Whether during your morning commute, relaxing on a beach, or catching up while traveling, why don't you enjoy a good book?
Besides being enjoyable, reading is one of the best ways to enhance your life, both personally and professionally. In fact, it’s one of the reasons why the richest man in the world became so successful and well-respected.
Bill Gates makes no secret that he’s avid reader who frequently recommends books to his family, friends, and visitors to his website.
Gates has hundreds of suggestions through the years. Each year at TED Bill Gates give a great list to everyone attending the conference - and you can find that years' list on Inc.com, but here we narrowed his favorites down to ten books that he recommends everyone reads.
Gates says that ‘Business Adventures’ was recommended to him by Warren Buffet in 1991 - and it’s been recommended by the Young Entrepreneur Council. After reading Buffett's copy, Gates has said that this is “the best business book I’ve ever read.” While a lot has changed since it’s initial release, “the fundamentals have not.”
For example, Brooks examines why Ford’s Edsel was such a historic flop and how companies, such as Apple and Microsoft, “drew on Xerox’s work on graphical user interfaces.”
Gates says that his wife Melinda was so enthralled by this book that she kept reading passages to him, which lead to him picking the book up himself. Gates says that, “Anyone who occasionally gets overly logical will identify with the hero, a genetics professor with Asperger’s Syndrome who goes looking for a wife.”
He also describes the book as “a funny and profound book about being comfortable with who you are and what you’re good at.”
This is a collection of conversations between Warren Buffett and his friend and Fortune writer Carol Loomis.
When reviewing the book, Gates said;
“I think anyone who reads it cover to cover will come away with two reactions: First, how Warren’s been incredibly consistent in applying his vision and investment principles over the duration of his career; and, secondly, that his analysis and understanding of business and markets remains unparalleled.”
Gates has written and talked a lot about how he wants to rid the world of infectious diseases. Because of the vision he sees for this goal, you can understand why he would recommend this book. Written by Columbia University historian Nancy Leys Stepan, it traces the efforts of “Fred Soper, who led efforts to eradicate yellow fever, typhus, and malaria, first at the Rockefeller Foundation and then, from 1947 to 1959, as director of the Pan-American Health Organization.”
Besides being an interesting read, Gates suggests that there is a possibility of ‘Eradication,’ because Soper “got a lot done, but he did it by being extremely demanding, both in his eradication methods and in his dealings with people, and that made him both very effective in some ways and very difficult to deal with in others.” This book also examines why we’ve failed to eradicate even more diseases.
Originally published in 1954, Gates picked-up ‘How to Lie With Statistics’ after reading an article in The Wall Street Journal. After reading the book, Gates says;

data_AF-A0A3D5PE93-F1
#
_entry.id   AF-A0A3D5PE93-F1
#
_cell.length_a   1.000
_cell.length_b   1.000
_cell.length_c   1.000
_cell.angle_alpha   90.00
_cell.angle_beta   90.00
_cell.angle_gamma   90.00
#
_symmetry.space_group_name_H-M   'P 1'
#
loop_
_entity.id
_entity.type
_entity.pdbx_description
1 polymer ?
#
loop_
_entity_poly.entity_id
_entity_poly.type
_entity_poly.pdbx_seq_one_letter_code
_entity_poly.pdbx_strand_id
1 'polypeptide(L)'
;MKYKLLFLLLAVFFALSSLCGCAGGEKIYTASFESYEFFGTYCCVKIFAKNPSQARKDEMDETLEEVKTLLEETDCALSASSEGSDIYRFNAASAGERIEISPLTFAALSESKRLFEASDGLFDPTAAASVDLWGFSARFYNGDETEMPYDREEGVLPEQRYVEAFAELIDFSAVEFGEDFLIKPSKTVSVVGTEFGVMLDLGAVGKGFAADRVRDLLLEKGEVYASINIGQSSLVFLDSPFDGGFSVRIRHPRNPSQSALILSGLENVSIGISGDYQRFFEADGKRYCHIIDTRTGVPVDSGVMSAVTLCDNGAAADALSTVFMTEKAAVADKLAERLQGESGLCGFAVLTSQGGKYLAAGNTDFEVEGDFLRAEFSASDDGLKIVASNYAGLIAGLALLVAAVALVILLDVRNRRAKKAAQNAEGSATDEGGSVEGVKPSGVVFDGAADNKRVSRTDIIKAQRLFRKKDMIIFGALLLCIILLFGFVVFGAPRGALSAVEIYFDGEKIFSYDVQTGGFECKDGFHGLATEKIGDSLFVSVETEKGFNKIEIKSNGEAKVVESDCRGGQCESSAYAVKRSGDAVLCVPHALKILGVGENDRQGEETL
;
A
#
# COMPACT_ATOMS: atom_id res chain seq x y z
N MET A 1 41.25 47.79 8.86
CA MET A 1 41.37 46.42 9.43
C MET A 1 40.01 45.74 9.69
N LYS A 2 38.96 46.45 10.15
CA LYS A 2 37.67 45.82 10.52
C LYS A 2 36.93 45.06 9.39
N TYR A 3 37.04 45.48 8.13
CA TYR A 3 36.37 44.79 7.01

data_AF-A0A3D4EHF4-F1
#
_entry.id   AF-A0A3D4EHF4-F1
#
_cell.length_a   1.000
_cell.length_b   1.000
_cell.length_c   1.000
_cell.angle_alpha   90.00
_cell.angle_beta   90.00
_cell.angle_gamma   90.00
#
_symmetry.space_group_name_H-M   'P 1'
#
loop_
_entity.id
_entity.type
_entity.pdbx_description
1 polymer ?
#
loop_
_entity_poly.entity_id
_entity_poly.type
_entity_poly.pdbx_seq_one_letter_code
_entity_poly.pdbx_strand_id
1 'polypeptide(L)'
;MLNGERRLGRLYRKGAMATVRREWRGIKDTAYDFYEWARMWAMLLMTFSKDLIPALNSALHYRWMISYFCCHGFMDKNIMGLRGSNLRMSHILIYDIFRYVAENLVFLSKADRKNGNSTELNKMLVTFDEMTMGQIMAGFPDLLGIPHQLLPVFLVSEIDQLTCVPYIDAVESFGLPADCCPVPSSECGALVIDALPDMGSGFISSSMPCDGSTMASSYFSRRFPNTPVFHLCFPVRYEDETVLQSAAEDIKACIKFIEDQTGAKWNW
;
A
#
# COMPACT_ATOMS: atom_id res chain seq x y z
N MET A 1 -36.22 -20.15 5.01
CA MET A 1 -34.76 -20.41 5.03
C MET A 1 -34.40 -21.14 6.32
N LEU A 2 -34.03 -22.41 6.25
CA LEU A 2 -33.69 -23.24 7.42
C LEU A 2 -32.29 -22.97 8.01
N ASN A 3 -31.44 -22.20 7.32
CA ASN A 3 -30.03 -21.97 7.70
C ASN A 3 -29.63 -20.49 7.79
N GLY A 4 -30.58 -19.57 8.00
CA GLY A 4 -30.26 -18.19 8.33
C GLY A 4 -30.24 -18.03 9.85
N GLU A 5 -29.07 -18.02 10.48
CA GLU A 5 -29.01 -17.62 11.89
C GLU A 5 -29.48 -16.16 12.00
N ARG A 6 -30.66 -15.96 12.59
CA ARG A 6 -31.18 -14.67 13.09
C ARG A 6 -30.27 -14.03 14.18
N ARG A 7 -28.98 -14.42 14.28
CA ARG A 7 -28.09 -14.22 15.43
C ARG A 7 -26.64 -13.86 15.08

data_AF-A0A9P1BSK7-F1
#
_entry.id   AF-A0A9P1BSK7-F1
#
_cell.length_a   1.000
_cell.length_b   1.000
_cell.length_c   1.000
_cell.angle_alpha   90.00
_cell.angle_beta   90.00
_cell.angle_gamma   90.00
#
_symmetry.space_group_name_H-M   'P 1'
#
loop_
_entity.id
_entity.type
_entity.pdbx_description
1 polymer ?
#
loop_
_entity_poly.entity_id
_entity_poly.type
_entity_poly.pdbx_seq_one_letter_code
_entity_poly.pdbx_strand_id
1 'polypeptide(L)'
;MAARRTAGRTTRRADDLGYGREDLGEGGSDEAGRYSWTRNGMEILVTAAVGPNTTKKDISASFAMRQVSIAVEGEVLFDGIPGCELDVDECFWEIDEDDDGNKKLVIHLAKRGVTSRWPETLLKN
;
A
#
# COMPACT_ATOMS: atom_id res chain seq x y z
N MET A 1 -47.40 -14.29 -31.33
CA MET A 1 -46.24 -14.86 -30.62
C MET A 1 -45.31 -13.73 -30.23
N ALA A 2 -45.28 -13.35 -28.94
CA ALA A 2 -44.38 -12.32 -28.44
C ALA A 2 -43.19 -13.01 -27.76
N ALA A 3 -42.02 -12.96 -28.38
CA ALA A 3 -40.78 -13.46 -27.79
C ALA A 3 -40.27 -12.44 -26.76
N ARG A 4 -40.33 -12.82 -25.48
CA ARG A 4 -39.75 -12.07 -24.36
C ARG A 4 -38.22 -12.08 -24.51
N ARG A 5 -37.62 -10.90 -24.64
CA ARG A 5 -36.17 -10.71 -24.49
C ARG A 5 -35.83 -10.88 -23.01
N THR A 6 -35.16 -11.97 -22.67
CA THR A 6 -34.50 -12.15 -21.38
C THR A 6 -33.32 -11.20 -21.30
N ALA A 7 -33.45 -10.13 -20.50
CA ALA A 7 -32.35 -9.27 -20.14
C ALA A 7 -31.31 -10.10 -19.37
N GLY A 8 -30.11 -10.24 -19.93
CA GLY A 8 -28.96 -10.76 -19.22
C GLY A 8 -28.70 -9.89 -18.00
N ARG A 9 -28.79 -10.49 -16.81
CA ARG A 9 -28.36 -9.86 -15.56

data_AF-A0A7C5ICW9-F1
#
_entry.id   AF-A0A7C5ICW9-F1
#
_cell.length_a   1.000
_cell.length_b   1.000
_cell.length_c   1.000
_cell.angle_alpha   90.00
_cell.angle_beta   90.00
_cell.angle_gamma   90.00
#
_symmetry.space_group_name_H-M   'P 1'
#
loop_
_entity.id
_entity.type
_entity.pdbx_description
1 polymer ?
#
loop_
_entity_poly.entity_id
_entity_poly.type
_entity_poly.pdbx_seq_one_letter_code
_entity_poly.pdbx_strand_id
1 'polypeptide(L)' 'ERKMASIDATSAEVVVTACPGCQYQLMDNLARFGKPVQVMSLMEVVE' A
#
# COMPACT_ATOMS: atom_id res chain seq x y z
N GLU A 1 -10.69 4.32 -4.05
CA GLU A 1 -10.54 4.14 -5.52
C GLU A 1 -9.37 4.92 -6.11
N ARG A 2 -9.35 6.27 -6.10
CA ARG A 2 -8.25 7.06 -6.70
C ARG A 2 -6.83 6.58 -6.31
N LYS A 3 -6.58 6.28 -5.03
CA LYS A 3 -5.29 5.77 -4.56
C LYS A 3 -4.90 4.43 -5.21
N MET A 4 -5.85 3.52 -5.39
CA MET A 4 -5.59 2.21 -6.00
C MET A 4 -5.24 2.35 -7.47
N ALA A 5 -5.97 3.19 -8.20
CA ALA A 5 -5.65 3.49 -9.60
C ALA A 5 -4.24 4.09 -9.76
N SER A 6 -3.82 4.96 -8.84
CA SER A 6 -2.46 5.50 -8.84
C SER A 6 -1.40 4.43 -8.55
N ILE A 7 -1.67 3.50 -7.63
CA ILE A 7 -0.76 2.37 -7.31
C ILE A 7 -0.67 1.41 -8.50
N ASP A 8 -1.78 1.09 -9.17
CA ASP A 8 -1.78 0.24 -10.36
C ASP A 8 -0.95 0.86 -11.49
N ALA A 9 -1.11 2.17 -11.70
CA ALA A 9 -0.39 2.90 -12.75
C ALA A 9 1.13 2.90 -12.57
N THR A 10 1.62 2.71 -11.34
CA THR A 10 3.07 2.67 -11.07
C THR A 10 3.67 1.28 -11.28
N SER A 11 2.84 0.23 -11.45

“One chapter shows you how visuals can be used to exaggerate trends and give distorted comparisons. It’s a timely reminder, given how often infographics show up in your Facebook and Twitter feeds these days. A great introduction to the use of statistics, and a great refresher for anyone who’s already well versed in it.”
Like most of us, you probably don’t think about everyday items like steel razors, glass cups, or paper notepads. But, as author Mark Miodownik points out, these are all pretty fascinating objects.
Gates elaborates about steel for example, saying that it, “is pretty magical.” He adds, “Its greatest virtue is that it doesn’t crack or break under tension, unlike iron, from which it is forged.” After finishing this “fun, accessible read” you’ll never look at the possibilities that these everyday objects possess.
Gates, like so many other people, including yours truly, are fascinated by Theodore Roosevelt. That explains why he enjoyed Doris Kearns Goodwin’s ‘The Bully Pulpit.’ In it, Goodwin asks, “How does social change happen? Can it be driven by a single inspirational leader, or do other factors have to lay the groundwork first?” Goodwin answers those questions by examining how Roosevelt’s interviews were assisted by journalists.
If you’re a forgetful individual, how can you expect to be successful? Which is why Gates recommends that you improve your memory by reading this “absolutely phenomenal” book.
“Like most people, I’m fascinated by how the mind works, and memory is a big element of that. Part of the beauty of this book is that it makes clear how memory and understanding are not two different things. Building up the ability to reason and the ability to retain information go hand in hand.”
Shipping containers may not sound all that exciting. But, Marc Levinson’s, ‘The Box’ explains how shipping containers have transformed the world the world that we live in. Gates says, “The story of this transition is fascinating and reason enough to read the book. But in subtle ways 'The Box' also challenges commonly held views about business and the role of innovation.”